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described in our previous report [30]. The sulfidation of catalyst was carried out by injecting 2.9 vol.% of butanethiol in straight run atmospheric gas oil (5 ml/h) at a pressure and temperature of 8.8 MPa and 193 8C, respectively, for 24 h. The H2 flow rate was kept at a rate corresponding to H2/sulfiding solution ratio of 600 ml/ml. The temperature of the reactor was increased to 343 8C and maintained for another 24 h. Following sulfidation, the catalyst was precoked (stabilized) with LGO for 3 days at a temperature of 375 8C, pressure of 8.8 MPa, and WHSV of 4.5 h 1. After precoking, HDN and HDS activities of catalysts were studied at 375 8C using LGO for 3 days each at three different temperatures (375, 360, and 345 8C). The pressure, H2/feed ratio and WHSV were maintained constant at 8.8 MPa, 600 ml/ml and 4.5 h 1, respectively. The products were collected at 12 h interval. The products were stripped with N2 for removing the dissolved NH3 and H2S. The total nitrogen content of the liquid product was measured by combustion/ chemiluminescence technique following ASTM D4629 method, and the sulfur content was measured using combustion/fluorescence technique following ASTM 5463 method. Both sulfur and nitrogen were analyzed in an Antek 9000 NS analyzer. The instrumental error in N and S analysis was 3%. 3. Results and discussion 3.1. Characterization of MWCNTs It is well known that carbon materials formed from catalytic decomposition of toluene and ferrocene may include amor-

phous carbon along with Fe residues. The typical SEM image shown in Fig. 1a for the purified CNTs grown from toluene and ferrocene at 800 8C indicates that the grown CNTs product is of high purity and quality. Further, TEM observation (Fig. 1b) provides evidence for the well structured walls with uniform thickness as well as pore diameter of around 10–15 nm. The average wall thickness of the tube is above 10 nm indicating the produced CNTs are multi-walled in nature (MWCNTs) and the length of the tubes are estimated as more than several tens of micrometers. Moreover, there is no amorphous carbon or other impurities in and around the tubes claiming its advantage to be used as support in catalysis. The nature of the carbon in purified MWCNTs was analyzed by XRD and Raman spectroscopy. The structure and crystallinity of MWCNTs were revealed by the typical XRD pattern presented in Fig. 1c. Two major peaks are observed, one is near 2u = 268 corresponding to 002 reflection of graphite. The other small asymmetric peak near 43.58 is due to 100 reflection of graphite, indicating the graphitized nature of carbon in MWCNTs [31]. The vibrational characteristics of MWCNTs were analyzed by Raman spectroscopy and the typical spectrum is shown in Fig. 1d. Two prime intense Raman bands, one at 1347 cm 1 and the other at 1588 cm 1 were observed, corresponding to fundamental vibrational modes of D46h of graphite. The band around 1588 cm 1 [32] can be interpreted as E2g mode referred as Gband due to the stretching mode of graphite and the other band at 1347 cm 1 as D-band mostly interpreted for the extent of disorder in graphite layer [33]. The intensity ratio (ID/IG = 0.91) indicates the better graphitization of MWCNTs with less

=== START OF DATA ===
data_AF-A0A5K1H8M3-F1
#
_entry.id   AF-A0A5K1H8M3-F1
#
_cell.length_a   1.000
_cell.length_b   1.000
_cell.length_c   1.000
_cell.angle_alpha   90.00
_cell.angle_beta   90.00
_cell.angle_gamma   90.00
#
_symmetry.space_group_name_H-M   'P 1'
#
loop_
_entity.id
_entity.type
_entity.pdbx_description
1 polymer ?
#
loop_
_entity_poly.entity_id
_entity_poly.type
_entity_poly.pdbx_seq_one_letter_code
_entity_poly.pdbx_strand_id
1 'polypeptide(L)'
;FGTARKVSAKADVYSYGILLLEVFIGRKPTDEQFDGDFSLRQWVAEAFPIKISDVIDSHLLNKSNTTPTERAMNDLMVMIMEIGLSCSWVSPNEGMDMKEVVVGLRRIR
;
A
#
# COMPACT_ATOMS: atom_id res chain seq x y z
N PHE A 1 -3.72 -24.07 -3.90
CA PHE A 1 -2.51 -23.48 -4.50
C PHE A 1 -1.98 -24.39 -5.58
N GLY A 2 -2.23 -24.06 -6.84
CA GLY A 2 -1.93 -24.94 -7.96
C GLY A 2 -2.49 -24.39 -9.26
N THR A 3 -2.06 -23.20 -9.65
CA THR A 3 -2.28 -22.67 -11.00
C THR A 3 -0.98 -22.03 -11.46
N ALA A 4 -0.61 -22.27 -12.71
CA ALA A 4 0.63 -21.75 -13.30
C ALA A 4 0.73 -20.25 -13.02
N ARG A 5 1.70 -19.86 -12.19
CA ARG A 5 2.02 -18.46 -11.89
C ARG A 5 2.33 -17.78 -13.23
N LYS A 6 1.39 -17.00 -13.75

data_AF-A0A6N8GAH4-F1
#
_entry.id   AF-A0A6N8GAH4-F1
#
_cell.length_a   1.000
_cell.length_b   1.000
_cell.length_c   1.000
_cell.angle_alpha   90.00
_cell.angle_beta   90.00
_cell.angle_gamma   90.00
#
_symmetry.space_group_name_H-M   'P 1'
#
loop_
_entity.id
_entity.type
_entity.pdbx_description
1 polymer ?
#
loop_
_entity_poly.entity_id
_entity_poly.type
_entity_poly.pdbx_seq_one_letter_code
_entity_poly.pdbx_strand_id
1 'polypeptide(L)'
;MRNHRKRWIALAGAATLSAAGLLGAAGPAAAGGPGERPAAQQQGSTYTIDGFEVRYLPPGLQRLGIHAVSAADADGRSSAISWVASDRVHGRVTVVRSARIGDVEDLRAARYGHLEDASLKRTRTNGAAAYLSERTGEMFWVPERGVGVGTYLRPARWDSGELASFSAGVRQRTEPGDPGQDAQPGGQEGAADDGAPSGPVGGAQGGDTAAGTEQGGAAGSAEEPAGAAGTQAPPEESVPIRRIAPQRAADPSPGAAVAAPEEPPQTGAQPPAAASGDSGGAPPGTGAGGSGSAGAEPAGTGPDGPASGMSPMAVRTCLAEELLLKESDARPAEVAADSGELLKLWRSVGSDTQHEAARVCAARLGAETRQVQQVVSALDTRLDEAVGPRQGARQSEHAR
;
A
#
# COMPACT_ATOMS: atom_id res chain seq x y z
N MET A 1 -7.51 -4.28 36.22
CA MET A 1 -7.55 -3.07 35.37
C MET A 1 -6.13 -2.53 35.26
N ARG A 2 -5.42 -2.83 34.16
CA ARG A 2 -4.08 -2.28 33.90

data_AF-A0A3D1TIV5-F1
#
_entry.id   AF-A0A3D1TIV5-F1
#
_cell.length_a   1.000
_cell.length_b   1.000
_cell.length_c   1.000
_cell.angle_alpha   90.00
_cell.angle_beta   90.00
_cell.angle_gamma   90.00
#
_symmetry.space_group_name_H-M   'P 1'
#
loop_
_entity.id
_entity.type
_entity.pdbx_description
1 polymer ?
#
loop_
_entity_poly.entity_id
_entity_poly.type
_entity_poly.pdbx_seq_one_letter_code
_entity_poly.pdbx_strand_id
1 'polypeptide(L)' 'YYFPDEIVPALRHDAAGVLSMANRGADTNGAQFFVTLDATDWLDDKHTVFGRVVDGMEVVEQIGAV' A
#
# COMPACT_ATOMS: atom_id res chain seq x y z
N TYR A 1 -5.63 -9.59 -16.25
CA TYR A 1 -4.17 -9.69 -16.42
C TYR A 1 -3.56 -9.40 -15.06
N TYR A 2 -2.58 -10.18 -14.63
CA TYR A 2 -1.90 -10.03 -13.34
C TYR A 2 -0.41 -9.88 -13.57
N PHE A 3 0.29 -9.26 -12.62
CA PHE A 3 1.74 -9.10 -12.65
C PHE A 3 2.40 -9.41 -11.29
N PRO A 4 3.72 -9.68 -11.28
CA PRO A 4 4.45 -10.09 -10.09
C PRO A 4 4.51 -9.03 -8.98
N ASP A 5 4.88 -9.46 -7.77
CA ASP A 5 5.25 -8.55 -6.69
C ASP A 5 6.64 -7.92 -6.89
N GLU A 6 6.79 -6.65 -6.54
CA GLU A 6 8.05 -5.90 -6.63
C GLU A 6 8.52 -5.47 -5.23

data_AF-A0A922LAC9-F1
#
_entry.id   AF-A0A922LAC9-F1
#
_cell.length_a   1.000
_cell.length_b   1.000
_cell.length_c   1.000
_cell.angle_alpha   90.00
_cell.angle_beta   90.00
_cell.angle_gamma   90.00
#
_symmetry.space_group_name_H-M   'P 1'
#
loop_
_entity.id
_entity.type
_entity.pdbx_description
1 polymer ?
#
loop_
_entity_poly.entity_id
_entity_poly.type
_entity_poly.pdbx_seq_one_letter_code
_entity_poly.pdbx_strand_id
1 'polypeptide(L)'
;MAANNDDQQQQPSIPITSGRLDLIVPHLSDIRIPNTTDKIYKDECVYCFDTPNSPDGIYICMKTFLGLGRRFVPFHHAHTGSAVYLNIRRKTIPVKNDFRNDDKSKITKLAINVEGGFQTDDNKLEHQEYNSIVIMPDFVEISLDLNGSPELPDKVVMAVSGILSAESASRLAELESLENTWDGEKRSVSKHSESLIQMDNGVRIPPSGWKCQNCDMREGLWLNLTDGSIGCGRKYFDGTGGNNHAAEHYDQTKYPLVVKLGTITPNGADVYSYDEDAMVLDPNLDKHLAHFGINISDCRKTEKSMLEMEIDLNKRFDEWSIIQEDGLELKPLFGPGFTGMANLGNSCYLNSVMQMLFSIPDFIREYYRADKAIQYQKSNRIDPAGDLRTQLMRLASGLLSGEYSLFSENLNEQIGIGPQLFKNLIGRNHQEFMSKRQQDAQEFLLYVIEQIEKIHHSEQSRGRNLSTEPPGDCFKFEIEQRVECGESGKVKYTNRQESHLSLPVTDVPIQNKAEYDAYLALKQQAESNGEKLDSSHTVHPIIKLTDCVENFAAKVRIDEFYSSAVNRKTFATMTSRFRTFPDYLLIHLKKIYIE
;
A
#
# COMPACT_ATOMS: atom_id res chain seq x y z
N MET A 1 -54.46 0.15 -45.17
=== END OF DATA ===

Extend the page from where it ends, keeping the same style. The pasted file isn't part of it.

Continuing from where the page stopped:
Fig. 1. Characteristics of MWCNTs produced by CVD method; (a) SEM; (b) TEM; (c) XRD; (d) Raman spectrum.